“Natural gas is different, but not so different that you can’t figure it out with proper training,” said Erik Neandross, who laid out the pros, cons, and considerations in using natural gas (NG) for fleet operations during a session at the Distribution Solutions Conference recently.
Neandross is president of Gladstein, Neandross & Associates, a consulting company that helps clients plan and implement NG vehicle deployment.
Pros of NG center on cost savings and long-term availability of supply. Cons concern storage and infrastructure for delivery and distribution, both of which are not yet plentiful for this fuel source. Two other considerations must also be addressed: first, the feasibility of switching to NG for a particular distributor; and second, the financial investment it takes to do so, especially considering timing of return on investment.
Neandross explained the differences between compressed natural gas (CNG) and liquified natural gas (LNG) in terms of usage, storage, composition, and cost. Basically, CNG requires compression, thus tanks that are thicker-walled. CNG also may require longer time to fill a tank. LNG, on the other hand, is cooled to a point of being a cryogenic liquid and needs to be stored in insulated tanks. Neandross said the selection of one over the other depends on weight and range of the vehicle. LNGs are somewhat better for long-haul vehicles, while CNG is preferable for intra-city or regional routes.
Both, however, are less expensive than diesel. Using the price of diesel the day of his presentation (October 30, 2012) and converting it to a diesel gallon equivalent for accurate comparison, Neandross gave these numbers: diesel, $3.70; CNG, $1.49; and LNG,: $1.94.
Neandross used a number of case studies to make his points, ranging from Sysco Corporation to foodservice manufacturers to truck rental companies. So far, Sysco has converted one-half of the company’s Los Angeles fleet (185 trucks) to run on LNG. Once this test is approved, the company will look to roll out the program to other operating companies. Other food companies working on deployment include Albertsons, Core-Mark International, Vons/Safeway, Frito-Lay/Pepsi, Golden State Foods, and Kroger.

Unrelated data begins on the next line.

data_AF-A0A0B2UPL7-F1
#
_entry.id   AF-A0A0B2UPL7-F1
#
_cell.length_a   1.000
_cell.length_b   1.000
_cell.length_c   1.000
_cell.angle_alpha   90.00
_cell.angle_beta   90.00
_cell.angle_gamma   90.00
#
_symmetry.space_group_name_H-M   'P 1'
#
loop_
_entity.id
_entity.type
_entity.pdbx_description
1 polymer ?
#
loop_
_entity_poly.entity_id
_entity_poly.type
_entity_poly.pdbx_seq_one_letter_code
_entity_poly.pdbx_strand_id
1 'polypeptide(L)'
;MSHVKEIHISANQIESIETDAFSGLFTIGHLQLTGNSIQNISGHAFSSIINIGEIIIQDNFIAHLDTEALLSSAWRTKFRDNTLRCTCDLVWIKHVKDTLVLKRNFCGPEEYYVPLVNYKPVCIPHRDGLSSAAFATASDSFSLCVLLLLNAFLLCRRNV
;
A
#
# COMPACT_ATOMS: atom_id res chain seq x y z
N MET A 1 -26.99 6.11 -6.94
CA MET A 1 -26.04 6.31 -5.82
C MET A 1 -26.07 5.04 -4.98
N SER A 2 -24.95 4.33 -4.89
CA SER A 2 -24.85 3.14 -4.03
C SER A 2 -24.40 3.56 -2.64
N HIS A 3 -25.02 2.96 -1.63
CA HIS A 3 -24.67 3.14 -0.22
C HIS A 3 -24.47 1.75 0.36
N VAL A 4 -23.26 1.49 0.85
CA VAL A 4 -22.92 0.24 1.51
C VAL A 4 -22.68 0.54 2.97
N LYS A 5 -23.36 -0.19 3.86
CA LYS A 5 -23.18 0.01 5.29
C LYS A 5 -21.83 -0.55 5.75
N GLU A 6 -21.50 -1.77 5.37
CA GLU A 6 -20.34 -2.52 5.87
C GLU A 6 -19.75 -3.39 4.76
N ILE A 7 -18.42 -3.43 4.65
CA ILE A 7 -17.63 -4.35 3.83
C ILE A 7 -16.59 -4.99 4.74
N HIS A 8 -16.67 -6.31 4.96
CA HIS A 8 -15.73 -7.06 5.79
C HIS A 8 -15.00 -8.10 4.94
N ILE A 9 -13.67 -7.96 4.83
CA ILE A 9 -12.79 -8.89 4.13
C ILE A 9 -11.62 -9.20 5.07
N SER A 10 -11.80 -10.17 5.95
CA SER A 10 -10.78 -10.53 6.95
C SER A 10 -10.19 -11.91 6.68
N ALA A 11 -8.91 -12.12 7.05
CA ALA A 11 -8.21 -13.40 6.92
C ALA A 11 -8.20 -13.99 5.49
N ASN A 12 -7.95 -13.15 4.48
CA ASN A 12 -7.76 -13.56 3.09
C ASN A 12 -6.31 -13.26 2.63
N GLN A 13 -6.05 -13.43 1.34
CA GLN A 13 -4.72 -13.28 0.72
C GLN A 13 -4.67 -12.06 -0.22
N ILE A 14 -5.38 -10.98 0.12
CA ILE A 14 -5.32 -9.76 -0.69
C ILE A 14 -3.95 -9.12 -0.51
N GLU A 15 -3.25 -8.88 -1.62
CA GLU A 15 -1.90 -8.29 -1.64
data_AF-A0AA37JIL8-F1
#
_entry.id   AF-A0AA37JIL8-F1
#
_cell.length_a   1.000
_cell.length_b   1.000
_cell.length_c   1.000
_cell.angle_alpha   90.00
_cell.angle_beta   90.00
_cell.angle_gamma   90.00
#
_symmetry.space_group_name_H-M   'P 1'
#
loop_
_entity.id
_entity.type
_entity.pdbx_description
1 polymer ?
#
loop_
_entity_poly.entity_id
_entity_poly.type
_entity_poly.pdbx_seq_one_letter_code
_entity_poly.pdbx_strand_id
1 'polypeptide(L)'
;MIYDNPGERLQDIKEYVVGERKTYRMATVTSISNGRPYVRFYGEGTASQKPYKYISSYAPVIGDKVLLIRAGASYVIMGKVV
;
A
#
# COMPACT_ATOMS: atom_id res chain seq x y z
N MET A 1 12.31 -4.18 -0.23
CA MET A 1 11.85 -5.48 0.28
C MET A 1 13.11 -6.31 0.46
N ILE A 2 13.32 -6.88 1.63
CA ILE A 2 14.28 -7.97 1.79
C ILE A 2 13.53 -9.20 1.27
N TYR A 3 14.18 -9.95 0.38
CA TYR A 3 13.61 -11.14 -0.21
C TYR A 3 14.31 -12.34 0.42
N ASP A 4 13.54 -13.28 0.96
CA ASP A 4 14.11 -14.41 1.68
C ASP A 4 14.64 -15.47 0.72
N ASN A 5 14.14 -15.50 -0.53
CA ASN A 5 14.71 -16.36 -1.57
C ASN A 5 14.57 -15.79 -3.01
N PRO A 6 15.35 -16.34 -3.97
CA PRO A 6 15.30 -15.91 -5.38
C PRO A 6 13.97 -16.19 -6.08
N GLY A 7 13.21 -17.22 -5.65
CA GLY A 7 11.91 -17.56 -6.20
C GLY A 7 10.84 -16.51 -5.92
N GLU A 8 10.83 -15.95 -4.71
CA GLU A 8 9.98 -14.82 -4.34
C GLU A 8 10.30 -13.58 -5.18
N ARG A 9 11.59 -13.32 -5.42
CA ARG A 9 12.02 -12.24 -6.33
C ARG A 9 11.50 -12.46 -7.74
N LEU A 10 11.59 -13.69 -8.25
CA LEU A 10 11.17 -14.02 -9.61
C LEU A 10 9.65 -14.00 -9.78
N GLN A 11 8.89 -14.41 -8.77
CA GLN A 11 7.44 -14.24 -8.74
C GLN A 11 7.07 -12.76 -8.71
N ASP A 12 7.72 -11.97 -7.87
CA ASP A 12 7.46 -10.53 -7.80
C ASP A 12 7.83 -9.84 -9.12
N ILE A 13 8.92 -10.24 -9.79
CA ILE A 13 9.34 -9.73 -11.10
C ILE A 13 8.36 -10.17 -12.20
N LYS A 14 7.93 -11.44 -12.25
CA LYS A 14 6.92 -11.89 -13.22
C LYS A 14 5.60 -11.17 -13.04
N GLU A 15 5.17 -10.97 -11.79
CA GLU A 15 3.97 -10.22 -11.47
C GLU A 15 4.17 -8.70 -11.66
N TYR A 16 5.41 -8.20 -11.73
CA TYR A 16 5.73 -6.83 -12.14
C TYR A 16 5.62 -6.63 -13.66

As to infrastructure, there are currently 1,100 NG filling stations across the United States, but fewer than 10% of them are usable for heavy-duty trucks. A fuel station costs around $1.5 million to build, Neandross said, making it a considerable investment for a distributor. Maintenance facilities need to be built to accommodate safety issues surrounding storage of natural gas—specifically, flammability—and costs are approximately $40,000 per bay. Also, the cost to purchase an NG vehicle is $45,000 to $50,000 greater than that for a diesel truck. All told, return on investment can be attained in two to five years depending on the number of vehicles converted to NG.
NG doesn’t work in every situation, said Neandross. Considerations include the economics of cost savings versus investment. Two strong positives include long-term availability of supply, plus grants and incentives can reduce time to reach ROI. Assuming that fracking continues to be approved, the supply of shale gas is estimated at up to 100-plus years.\
Neandross said his firm has a high degree of success obtaining government grants and incentives for clients. He cautioned that these are taxable and may need to be repaid; however, they are advantageous for initiating an NG program.
He advised distributors to start soon if they are interested in converting from diesel to NG. While the project development time from planning to implementation can take considerable time, effort, and money, he said “the future looks good for NG users.”
For full information on the upcoming 2013 Distribution Solutions Conference, visit www.go-distribution.com.